A flexible, organic polyurea-based aerogel insulation material was developed that will provide superior thermal insulation and inherent radiation protection for government and commercial applications. The rubbery polyurea-based aerogel exhibits little dustiness, good flexibility and toughness, and durability typical of the parent polyurea polymer, yet with the low density and superior insulation properties associated with aerogels. The thermal conductivity values of polyurea-based aerogels at lower temperature under vacuum pressures are very low and better than that of silica aerogels.

Flexible, rubbery polyurea-based aerogels are able to overcome the weak and brittle nature of conventional inorganic and organic aerogels, including polyisocyanurate aerogels, which are generally prepared with the one similar component to polyurethane rubber aerogels. Additionally, with higher content of hydrogen in their structures, the polyurea rubber-based aerogels will also provide inherently better radiation protection than those of inorganic and carbon aerogels. The aerogel materials also demonstrate good hydrophobicity due to their hydrocarbon molecular structure.

There are several strategies to overcoming the drawbacks associated with the weakness and brittleness of silica aerogels. Development of the flexible fiber-reinforced silica aerogel composite blanket has proven to be one promising approach, providing a conveniently fielded form factor that is relatively robust in industrial environments compared to silica aerogel monoliths. However, the flexible, silica aerogel composites still have a brittle, dusty character that may be undesirable, or even intolerable, in certain application environments. Although the crosslinked organic aerogels, such as resorcinol-formaldehyde (RF), polyisocyanurate, and cellulose aerogels, show very high impact strength, they are also very brittle with little elongation (i.e., less rubbery). Also, silica and carbon aerogels are less efficient radiation shielding materials due to their lower content of hydrogen element.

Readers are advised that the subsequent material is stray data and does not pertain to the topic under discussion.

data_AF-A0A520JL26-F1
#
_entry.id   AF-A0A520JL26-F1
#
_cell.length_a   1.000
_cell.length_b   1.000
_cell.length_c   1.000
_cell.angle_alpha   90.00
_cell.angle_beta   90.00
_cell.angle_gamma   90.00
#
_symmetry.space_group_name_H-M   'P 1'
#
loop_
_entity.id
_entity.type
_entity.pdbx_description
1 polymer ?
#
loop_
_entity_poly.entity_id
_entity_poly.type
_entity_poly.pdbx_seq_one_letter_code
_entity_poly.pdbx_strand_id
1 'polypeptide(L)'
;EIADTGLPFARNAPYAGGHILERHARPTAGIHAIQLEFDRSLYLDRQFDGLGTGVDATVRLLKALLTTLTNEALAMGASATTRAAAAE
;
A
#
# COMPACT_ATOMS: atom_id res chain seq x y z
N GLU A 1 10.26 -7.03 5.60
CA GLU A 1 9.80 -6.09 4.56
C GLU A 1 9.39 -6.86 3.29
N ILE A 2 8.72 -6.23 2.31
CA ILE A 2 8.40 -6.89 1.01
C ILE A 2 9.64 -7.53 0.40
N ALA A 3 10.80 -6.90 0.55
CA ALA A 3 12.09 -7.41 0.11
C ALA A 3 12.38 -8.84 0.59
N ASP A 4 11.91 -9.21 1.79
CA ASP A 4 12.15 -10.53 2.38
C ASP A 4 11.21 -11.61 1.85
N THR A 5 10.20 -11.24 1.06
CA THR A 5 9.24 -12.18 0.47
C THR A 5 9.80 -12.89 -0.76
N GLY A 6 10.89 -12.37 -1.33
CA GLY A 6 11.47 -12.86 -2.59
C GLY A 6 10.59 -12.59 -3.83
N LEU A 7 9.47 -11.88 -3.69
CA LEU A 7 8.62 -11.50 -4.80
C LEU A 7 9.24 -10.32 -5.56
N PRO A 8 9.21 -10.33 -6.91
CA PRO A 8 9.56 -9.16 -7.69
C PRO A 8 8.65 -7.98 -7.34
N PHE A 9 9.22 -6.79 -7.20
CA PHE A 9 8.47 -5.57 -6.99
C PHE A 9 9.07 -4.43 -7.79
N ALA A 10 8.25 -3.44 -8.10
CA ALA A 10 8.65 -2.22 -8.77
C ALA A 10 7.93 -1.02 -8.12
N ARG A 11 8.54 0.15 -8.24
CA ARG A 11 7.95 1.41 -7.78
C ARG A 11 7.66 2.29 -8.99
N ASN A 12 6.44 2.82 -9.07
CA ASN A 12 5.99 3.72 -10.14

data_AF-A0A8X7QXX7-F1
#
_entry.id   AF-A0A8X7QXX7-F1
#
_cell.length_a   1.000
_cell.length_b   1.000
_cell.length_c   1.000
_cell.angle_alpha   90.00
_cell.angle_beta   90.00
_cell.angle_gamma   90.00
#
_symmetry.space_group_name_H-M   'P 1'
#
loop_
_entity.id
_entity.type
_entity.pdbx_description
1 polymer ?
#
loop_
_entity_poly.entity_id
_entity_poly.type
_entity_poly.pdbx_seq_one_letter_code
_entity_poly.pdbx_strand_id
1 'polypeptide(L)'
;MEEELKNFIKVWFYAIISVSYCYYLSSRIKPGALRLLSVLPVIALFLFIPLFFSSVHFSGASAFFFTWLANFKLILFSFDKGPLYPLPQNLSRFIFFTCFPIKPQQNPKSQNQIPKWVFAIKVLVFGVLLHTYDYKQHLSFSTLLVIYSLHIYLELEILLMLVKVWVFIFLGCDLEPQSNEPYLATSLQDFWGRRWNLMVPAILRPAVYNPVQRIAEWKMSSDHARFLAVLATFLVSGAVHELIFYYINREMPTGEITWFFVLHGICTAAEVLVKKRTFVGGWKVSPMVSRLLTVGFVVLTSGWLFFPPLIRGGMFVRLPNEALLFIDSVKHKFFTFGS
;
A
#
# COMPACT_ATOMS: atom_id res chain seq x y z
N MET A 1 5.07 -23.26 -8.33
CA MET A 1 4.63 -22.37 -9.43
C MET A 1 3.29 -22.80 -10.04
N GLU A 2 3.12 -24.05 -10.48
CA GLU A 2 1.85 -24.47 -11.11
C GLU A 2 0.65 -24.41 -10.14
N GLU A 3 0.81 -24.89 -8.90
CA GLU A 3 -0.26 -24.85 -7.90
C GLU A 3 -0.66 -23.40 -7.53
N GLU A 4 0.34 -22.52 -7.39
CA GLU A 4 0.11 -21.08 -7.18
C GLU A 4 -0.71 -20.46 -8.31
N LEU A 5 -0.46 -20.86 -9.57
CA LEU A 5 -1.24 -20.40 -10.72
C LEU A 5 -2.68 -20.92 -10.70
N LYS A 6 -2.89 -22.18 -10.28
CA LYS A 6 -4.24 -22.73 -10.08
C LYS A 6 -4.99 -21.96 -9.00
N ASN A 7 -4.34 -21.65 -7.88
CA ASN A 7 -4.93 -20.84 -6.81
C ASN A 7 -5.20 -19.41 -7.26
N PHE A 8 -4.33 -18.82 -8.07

The invention involves mixing at least one isocyanate resin in solvent along with a specific amount of at least one polyamine hardener. The hardener is selected from a group of polyoxyalkyleneamines, amine-based polyols, or a mixture thereof. Mixing is performed in the presence of a catalyst and reinforcing inorganic and/or organic materials, and the system is then subjected to gelation, aging, and supercritical drying. The aerogels will offer exceptional flexibility, excellent thermal and physical properties, and good hydrophobicity.

The rubbery polyurea-based aerogels are very flexible with no dust and hydrophobic organics that demonstrated the following ranges of typical properties: densities of 0.08 to 0.293 g/cm3, shrinkage factor (raerogel/rtarget) = 1.6 to 2.84, and thermal conductivity values of 15.2 to 20.3 mW/m K.

This work was done by Je Kyun Lee of Aspen Aerogels, Inc. for Johnson Space Center.

In accordance with Public Law 96-517, the contractor has elected to retain title to this invention. Inquiries concerning rights for its commercial use should be addressed to:

Aspen Aerogels, Inc.
30 Forbes Road, Building B
Northborough, MA 01532
Phone No.: (508) 691-1111
Fax No.: (508) 691-1200


NASA Tech Briefs Magazine

This article first appeared in the September, 2012 issue of NASA Tech Briefs Magazine.

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